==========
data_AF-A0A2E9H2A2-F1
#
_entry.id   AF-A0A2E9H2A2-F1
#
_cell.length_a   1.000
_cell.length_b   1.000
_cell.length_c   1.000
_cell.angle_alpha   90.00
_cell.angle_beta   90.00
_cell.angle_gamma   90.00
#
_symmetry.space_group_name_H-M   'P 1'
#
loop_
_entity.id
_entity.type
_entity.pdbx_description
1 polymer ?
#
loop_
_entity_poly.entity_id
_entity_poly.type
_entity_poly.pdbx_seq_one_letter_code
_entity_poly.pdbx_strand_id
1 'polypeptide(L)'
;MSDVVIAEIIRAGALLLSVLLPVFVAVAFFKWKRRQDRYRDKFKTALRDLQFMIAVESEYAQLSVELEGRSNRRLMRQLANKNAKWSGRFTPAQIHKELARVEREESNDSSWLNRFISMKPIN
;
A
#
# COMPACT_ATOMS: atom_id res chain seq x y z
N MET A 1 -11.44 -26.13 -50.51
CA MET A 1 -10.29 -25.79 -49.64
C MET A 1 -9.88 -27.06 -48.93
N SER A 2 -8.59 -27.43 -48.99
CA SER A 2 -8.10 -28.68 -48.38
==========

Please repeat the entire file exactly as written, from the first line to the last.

data_AF-A0A2E9H2A2-F1
#
_entry.id   AF-A0A2E9H2A2-F1
#
_cell.length_a   1.000
_cell.length_b   1.000
_cell.length_c   1.000
_cell.angle_alpha   90.00
_cell.angle_beta   90.00
_cell.angle_gamma   90.00
#
_symmetry.space_group_name_H-M   'P 1'
#
loop_
_entity.id
_entity.type
_entity.pdbx_description
1 polymer ?
#
loop_
_entity_poly.entity_id
_entity_poly.type
_entity_poly.pdbx_seq_one_letter_code
_entity_poly.pdbx_strand_id
1 'polypeptide(L)'
;MSDVVIAEIIRAGALLLSVLLPVFVAVAFFKWKRRQDRYRDKFKTALRDLQFMIAVESEYAQLSVELEGRSNRRLMRQLANKNAKWSGRFTPAQIHKELARVEREESNDSSWLNRFISMKPIN
;
A
#
# COMPACT_ATOMS: atom_id res chain seq x y z
N MET A 1 -11.44 -26.13 -50.51
CA MET A 1 -10.29 -25.79 -49.64
C MET A 1 -9.88 -27.06 -48.93
N SER A 2 -8.59 -27.43 -48.99
CA SER A 2 -8.10 -28.68 -48.38